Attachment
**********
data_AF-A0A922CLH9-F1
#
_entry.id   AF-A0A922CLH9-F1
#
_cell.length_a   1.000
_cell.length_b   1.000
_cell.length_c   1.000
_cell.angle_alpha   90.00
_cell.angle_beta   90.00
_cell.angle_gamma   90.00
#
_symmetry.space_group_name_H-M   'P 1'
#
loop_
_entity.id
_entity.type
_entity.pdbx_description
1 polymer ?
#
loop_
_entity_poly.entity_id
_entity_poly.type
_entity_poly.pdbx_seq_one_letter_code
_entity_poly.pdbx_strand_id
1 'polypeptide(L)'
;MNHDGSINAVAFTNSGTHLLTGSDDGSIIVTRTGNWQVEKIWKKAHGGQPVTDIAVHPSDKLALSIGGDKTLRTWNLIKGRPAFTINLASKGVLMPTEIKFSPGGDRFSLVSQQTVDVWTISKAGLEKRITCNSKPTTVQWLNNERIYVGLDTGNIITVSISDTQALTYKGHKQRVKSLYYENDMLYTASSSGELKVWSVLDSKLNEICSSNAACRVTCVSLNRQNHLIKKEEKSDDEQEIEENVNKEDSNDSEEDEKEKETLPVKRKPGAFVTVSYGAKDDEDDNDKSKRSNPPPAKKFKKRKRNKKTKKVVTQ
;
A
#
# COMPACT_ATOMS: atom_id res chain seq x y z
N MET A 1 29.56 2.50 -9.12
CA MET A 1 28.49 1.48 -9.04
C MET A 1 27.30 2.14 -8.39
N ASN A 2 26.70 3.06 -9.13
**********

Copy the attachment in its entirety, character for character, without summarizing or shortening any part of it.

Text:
data_AF-A0A922CLH9-F1
#
_entry.id   AF-A0A922CLH9-F1
#
_cell.length_a   1.000
_cell.length_b   1.000
_cell.length_c   1.000
_cell.angle_alpha   90.00
_cell.angle_beta   90.00
_cell.angle_gamma   90.00
#
_symmetry.space_group_name_H-M   'P 1'
#
loop_
_entity.id
_entity.type
_entity.pdbx_description
1 polymer ?
#
loop_
_entity_poly.entity_id
_entity_poly.type
_entity_poly.pdbx_seq_one_letter_code
_entity_poly.pdbx_strand_id
1 'polypeptide(L)'
;MNHDGSINAVAFTNSGTHLLTGSDDGSIIVTRTGNWQVEKIWKKAHGGQPVTDIAVHPSDKLALSIGGDKTLRTWNLIKGRPAFTINLASKGVLMPTEIKFSPGGDRFSLVSQQTVDVWTISKAGLEKRITCNSKPTTVQWLNNERIYVGLDTGNIITVSISDTQALTYKGHKQRVKSLYYENDMLYTASSSGELKVWSVLDSKLNEICSSNAACRVTCVSLNRQNHLIKKEEKSDDEQEIEENVNKEDSNDSEEDEKEKETLPVKRKPGAFVTVSYGAKDDEDDNDKSKRSNPPPAKKFKKRKRNKKTKKVVTQ
;
A
#
# COMPACT_ATOMS: atom_id res chain seq x y z
N MET A 1 29.56 2.50 -9.12
CA MET A 1 28.49 1.48 -9.04
C MET A 1 27.30 2.14 -8.39
N ASN A 2 26.70 3.06 -9.13